With RemoteFX Microsoft did some great things for high performance graphics over the wire so I really hope in the next 3-5 years we see big steps taken by Nvidia and AMD to really push for a solid virtualization extension to their graphics products.
  11. I think it will steadily gain more traction. It has a huge number of benefits for business, especially where you just have carbon copy desktops for hundreds of users.

    We've been trialling an limited VDI deployment at work actually for system admins like myself. Benefits include being able to remotely access administrative tools out of hours to fix problems, being able to get the same consistent desktop across multiple platforms and indeed being able to just suspend work midway through then just reconnect to the same session from a different location. It's extremely useful and you do get used to the convenience.

    I guess the only show stopper at least in VMware's case is that they price their solutions just so that the cost comparison against the traditional solution is only ever JUST compelling enough to make it worth looking at - it's never a total "no brainer".

    But yeah - we love it, and I can see us rolling it out wider within the establishment.
  12. tonylukac

    tonylukac TS Evangelist Posts: 1,374   +69

    A big problem with this situation is that in a large business, the server would require more memory than is currently feasible for a single server. Say someone is doing video editing, a typical engineering team of 10 is each using cad/cam software if that's what it's still called, each copy now requiring 8g. Firefox would not function on this laptop with 2g until I upgraded to 3g. Each person simply browsing with html5 requires 3g a copy? Microsoft went out of their way (in bed with intel) to make everything very memory intensive with dot net. A 3 line visual c++ program I wrote required like 300 meg. Not likely, but say each user is playing an 8g game. At this time, impossible unless it's just a toy.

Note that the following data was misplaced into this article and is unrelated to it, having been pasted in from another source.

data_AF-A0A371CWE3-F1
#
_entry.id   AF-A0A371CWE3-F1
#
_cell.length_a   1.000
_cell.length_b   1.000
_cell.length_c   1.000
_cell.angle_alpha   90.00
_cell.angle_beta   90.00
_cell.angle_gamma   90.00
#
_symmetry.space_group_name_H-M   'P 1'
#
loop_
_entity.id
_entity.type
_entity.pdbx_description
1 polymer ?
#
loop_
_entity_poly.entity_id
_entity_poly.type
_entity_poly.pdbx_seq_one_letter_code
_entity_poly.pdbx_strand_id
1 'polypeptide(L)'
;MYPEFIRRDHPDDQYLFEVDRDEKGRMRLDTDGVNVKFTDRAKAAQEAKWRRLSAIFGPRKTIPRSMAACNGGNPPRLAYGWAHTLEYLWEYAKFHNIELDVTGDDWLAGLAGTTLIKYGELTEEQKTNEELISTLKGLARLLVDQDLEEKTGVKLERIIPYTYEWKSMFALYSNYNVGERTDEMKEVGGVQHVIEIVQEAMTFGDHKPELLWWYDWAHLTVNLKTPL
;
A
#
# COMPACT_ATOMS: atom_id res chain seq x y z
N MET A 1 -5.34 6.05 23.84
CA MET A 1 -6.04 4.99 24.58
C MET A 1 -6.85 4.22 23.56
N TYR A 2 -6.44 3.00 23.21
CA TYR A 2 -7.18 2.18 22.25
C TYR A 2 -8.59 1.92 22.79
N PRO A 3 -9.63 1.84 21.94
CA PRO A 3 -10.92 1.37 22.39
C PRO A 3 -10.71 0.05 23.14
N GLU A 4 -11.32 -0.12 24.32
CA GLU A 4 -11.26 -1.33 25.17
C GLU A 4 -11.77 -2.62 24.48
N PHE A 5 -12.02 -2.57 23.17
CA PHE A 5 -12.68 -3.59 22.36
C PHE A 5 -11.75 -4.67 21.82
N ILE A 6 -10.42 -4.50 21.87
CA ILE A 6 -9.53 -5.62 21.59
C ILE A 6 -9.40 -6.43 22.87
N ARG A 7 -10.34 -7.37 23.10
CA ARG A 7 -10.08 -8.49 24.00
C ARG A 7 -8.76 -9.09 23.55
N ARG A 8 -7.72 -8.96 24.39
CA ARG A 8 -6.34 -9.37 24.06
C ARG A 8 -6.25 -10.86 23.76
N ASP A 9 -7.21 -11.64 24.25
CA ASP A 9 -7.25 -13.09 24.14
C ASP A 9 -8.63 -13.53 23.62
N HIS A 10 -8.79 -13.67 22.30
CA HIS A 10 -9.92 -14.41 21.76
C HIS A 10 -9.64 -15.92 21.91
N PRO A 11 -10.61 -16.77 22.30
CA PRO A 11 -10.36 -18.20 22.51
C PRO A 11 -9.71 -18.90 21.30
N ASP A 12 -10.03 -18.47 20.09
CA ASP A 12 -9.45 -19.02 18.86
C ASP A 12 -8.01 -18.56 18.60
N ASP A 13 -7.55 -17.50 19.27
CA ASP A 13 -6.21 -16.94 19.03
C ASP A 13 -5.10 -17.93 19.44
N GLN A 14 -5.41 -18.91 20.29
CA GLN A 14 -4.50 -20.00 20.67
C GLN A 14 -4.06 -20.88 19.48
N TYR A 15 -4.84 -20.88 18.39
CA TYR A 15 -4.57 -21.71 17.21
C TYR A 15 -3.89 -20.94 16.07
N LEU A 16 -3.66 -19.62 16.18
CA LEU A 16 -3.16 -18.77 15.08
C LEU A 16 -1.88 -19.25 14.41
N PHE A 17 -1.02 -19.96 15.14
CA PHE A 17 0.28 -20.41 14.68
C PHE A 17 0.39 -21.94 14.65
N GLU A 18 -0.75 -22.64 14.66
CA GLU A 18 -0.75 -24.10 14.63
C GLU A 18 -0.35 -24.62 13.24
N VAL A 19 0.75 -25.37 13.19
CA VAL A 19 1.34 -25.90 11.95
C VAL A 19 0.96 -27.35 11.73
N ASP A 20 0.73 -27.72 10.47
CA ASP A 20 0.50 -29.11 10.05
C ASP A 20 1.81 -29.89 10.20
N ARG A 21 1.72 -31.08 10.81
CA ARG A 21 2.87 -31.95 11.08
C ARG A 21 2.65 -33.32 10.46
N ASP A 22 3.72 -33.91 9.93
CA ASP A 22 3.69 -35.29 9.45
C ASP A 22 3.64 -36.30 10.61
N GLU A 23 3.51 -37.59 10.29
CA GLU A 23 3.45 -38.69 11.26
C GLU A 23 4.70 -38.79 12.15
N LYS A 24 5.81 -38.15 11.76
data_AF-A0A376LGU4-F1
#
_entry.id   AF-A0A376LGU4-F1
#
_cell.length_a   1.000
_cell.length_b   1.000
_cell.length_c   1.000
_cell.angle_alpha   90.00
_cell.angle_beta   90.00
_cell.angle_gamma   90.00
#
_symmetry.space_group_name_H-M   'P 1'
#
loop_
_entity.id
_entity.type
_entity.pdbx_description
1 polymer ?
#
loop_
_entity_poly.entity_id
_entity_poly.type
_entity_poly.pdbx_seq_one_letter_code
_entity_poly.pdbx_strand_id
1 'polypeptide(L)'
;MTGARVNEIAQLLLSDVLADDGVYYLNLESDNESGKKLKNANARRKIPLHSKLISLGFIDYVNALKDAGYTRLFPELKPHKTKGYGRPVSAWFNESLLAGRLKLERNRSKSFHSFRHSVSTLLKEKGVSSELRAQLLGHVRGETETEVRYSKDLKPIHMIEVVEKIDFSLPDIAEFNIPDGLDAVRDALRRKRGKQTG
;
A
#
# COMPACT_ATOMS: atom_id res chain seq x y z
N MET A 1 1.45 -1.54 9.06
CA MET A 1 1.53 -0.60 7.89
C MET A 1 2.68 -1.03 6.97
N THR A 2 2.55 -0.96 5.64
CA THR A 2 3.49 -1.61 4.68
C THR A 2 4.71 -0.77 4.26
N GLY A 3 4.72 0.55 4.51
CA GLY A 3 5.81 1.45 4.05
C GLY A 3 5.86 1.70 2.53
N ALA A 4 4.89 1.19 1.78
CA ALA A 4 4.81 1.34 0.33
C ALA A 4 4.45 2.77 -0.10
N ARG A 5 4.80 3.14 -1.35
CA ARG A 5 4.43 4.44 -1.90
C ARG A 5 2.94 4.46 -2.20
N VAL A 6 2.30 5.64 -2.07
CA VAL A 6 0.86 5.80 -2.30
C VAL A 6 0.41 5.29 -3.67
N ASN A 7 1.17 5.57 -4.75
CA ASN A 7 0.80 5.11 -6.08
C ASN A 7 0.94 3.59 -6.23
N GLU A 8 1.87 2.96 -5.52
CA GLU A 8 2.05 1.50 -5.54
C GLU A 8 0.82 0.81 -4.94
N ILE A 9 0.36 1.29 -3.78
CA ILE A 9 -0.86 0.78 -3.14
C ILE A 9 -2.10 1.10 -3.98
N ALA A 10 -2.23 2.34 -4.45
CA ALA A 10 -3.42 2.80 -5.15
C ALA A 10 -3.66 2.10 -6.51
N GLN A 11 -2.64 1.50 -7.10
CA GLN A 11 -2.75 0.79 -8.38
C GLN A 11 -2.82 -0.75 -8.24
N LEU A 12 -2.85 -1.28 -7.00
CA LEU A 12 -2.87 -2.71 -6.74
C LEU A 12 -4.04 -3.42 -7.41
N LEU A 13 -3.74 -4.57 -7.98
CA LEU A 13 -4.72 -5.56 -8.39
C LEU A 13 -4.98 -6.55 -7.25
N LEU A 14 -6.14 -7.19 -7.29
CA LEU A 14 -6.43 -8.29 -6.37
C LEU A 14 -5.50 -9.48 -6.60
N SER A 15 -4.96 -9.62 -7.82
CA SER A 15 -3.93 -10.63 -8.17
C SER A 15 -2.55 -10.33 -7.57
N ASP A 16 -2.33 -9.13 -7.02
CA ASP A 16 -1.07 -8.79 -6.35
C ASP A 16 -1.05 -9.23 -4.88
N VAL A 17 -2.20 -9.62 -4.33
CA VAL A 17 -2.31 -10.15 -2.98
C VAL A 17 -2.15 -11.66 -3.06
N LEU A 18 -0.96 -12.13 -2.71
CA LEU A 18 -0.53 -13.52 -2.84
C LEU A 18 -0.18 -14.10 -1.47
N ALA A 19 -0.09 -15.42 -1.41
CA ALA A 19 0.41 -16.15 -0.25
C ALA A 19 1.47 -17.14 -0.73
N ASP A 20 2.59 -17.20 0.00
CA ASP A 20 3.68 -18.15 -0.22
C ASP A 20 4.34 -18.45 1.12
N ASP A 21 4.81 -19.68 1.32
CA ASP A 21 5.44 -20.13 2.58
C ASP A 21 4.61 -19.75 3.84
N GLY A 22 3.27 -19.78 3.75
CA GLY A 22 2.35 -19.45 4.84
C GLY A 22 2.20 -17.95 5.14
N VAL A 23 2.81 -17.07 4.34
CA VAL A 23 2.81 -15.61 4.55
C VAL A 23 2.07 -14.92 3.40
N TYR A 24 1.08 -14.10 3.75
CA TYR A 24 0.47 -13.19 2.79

13. ET3D

    ET3D TechSpot Paladin Posts: 1,384   +172

    Sounds strange. Firefox's RAM usage is typically around 1GB for me with quite a few tabs loaded, and much less for simpler use. Much better than Chrome for example. And what do you mean by "not function"? Not open?
  14. This is quite an interesting article, but my interests are much more modest. What does a single user (let's call him "me") need to do in order to establish an instance of a virtual desktop running on the same/primary machine that I'm using as I type this question?

    I know there are minimum hardware requirements that I currently don't meet, but I'm planning a build & I'd like to be sure that I select components accordingly. I'll often read comments by developers who mention having one or more virtual desktops running for testing purposes, as this avoids the possibility of corrupting their primary system software.

    Any thoughts or good source links for someone (again, let's call him "me") who is a noob to this arena?
  15. SuperVeloce

    SuperVeloce TS Booster Posts: 133   +34

    Wait what? I ran firefox on 1gb of ram (not very productively I agree but still). Mid/high end workingstation or server with 128GB ram is nothing special and even then you could have more than one server for virtual desktop...
  16. ET3D

    ET3D TechSpot Paladin Posts: 1,384   +172

    Are you referring to a remote desktop (they kind discussed in this article) or a local virtual machine? Assuming you mean the latter, you need software such as VirtualBox, enough RAM (and disk space) to dedicate to the virtual machine, and a copy of the OS you want to install in that VM.

    What do you want it for?
  17. tonylukac

    tonylukac TS Evangelist Posts: 1,374   +69

    I'm still using vista, and firefox would take 1 minute between web pages with 2 g of memory. There are other processes like mozilla maintanence task that use memory other than the firefox' display of memory usage in task manager.
  18. ET3D

    ET3D TechSpot Paladin Posts: 1,384   +172

    Ah, that explains it. :)

    Really, Vista is a fine OS but a memory hog, so I guess even Firefox, which takes less RAM than other browsers (I've seen Chrome take 1GB for a single tab) would suffer. Switching to another OS will likely improve your experience a lot in memory tight situations.

Similar Topics

Add your comment to this article

You need to be a member to leave a comment. Join thousands of tech enthusiasts and participate.
TechSpot Account You may also...